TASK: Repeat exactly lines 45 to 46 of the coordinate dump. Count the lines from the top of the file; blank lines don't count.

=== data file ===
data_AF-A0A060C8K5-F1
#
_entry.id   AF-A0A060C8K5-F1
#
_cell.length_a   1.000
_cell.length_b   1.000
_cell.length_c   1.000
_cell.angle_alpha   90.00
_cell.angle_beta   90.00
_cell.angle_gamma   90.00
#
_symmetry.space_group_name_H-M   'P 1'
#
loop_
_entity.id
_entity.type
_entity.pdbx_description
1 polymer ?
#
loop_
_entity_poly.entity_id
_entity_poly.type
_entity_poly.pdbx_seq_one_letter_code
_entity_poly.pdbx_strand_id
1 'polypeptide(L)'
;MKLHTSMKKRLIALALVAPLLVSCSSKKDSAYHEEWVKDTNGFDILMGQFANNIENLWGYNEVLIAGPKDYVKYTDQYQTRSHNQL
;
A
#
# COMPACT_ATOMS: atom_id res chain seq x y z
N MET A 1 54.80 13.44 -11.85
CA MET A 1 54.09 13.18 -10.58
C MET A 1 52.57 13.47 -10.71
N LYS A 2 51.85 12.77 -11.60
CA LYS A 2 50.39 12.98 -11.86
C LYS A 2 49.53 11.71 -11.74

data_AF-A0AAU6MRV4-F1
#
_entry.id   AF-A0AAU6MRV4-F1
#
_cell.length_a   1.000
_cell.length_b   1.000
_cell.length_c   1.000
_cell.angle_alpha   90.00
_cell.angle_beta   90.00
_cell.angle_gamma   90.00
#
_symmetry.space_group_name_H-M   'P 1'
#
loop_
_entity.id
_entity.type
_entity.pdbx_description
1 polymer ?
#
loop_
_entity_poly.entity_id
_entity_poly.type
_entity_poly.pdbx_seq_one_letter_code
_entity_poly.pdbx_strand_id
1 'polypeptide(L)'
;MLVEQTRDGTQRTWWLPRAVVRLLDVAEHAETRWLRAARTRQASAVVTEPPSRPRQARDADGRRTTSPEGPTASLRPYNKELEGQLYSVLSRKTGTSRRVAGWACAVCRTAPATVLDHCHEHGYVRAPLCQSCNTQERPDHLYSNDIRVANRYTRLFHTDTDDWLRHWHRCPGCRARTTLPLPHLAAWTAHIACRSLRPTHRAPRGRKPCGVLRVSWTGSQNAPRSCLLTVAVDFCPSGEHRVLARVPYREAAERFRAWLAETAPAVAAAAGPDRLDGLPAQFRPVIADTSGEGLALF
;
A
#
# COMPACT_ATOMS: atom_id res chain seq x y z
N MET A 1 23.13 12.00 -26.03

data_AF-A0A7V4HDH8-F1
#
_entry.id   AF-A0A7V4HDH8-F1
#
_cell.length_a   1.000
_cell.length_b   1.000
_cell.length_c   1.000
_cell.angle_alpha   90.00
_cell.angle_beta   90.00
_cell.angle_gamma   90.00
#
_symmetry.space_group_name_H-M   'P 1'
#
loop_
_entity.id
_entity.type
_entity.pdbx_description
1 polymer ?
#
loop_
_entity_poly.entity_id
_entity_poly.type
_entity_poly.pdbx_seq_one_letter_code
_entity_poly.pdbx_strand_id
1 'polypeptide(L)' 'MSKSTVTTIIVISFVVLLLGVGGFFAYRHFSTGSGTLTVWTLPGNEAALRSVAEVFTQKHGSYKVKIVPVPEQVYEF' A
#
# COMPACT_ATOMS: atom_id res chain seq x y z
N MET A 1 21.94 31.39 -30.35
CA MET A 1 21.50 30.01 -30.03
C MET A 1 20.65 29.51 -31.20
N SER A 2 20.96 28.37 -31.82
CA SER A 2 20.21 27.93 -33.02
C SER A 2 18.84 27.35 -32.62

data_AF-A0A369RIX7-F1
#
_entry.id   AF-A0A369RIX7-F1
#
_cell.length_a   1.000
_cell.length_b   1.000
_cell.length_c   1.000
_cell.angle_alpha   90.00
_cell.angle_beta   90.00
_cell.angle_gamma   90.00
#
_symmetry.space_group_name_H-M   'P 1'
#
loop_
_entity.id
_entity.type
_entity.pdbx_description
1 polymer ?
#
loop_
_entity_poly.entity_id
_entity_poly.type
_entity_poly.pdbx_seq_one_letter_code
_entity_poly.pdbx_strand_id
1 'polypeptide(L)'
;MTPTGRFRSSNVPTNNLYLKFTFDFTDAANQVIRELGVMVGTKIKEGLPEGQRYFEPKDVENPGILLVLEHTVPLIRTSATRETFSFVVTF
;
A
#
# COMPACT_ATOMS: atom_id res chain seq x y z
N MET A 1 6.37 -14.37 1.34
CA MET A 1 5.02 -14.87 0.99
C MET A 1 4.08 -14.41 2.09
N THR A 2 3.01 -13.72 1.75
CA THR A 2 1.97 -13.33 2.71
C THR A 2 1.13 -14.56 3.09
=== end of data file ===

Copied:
_cell.angle_beta   90.00
_cell.angle_gamma   90.00